Feature Story

Today’s 10 tech impacts: New experiences, new norms, new priorities

Chintan Patel explores the next normal in technology.

The last few months have given us a glimpse into the future. Despite some initial panic, the pandemic has not broken the Internet. In fact, it’s the opposite. It highlighted the speed at which technology can respond to disruption and the critical importance of a highly resilient, globally scalable infrastructure to keep the world running.

Understanding the “next normal” is likely to be one of the most frequent topics in the summer of 2020. Yet, it will have many different interpretations and impacts for each sector of the economy, for governments and for society at large. But there are some common denominators. To find them, consider what new experiences can be created for customers, consumers, employees? What new norms will emerge; and what are the new priorities for organisations in terms of focus, investments and allocation of resources?

New experiences will be created

1.     Online becomes the frontline

The trends from offline to online were already here. E-commerce was already visibly eating into the sales of brick-and-mortar stores. But COVID-19 has accelerated everything.

 Companies that want to remain competitive will figure out ways to have online services, and there will be enhancements to the logistics and delivery systems. Those with sophisticated online strategies will seek new ways to improve the experience. Just ask Tesco, which saw a 103% increase in online retail sales in the space of a few weeks.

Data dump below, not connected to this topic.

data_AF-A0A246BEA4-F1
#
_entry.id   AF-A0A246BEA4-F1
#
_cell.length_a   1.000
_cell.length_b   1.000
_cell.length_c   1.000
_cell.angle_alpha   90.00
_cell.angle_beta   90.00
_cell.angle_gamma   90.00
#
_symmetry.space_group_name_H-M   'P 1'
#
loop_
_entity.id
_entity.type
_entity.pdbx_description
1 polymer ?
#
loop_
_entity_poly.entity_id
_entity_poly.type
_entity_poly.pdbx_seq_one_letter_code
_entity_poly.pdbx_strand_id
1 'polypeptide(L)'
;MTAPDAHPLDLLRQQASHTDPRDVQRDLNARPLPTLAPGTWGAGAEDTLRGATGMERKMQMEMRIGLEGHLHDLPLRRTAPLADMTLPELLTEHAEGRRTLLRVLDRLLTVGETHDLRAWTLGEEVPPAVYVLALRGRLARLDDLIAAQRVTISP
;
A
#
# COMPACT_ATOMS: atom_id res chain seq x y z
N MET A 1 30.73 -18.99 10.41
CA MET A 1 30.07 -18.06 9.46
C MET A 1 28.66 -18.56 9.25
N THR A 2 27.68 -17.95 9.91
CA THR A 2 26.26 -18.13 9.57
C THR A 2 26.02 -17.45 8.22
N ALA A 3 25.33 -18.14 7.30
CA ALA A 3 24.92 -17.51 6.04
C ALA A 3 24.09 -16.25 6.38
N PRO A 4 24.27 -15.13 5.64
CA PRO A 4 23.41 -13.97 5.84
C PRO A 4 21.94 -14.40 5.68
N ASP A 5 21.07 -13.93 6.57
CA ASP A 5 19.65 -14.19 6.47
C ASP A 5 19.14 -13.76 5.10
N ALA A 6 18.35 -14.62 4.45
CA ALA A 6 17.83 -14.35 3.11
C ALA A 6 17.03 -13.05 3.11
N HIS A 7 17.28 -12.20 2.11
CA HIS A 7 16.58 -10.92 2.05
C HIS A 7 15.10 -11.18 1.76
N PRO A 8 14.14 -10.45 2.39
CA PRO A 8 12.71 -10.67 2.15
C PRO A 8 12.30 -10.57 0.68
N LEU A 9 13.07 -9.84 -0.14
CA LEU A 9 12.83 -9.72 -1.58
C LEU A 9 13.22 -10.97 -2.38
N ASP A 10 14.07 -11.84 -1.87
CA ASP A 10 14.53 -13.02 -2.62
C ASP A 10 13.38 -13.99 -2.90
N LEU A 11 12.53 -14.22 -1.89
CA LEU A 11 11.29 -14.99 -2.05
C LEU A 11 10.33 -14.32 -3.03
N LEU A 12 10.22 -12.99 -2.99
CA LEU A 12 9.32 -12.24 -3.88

2.     Interfaces and interactions go contactless

Touch screen interfaces have only become commonplace in the last decade or so. Now, that as a society our awareness of ‘shared hygiene’ has increased, we will transition more quickly towards voice and machine vision interfaces and contactless payment options. These emerging technologies will help limit the amount of physical contact people have with surfaces and each other.

3.     Remote care will sky-rocket

Remote care, telemedicine and virtual consultations will all revolutionise healthcare; with some telemedicine providers reporting a 50 percent increase in video appointments, this looks set to change beyond recognition.

But remote care extends to many other aspects of our lives. For contact centres, changing a very office-based function to be a remote operation has yielded in some cases surprising outcomes. One banking executive stated a 40% increase in productivity from remote customer service staff, saying going back to the physical contact centre may not be an option.

 The new norms to expect

 4.     The future of work is distributed

As companies plan to bring their workforce together again in the office, numerous calculations are being made to provide an environment that will keep employees safe, healthy and productive.

Among the changes being considered are wider corridors with one-way foot traffic, better air filtration, touchless elevator controls, and antimicrobial materials in new construction. More videoconferencing will connect those who remain working from home.

5.     Learning to e-learn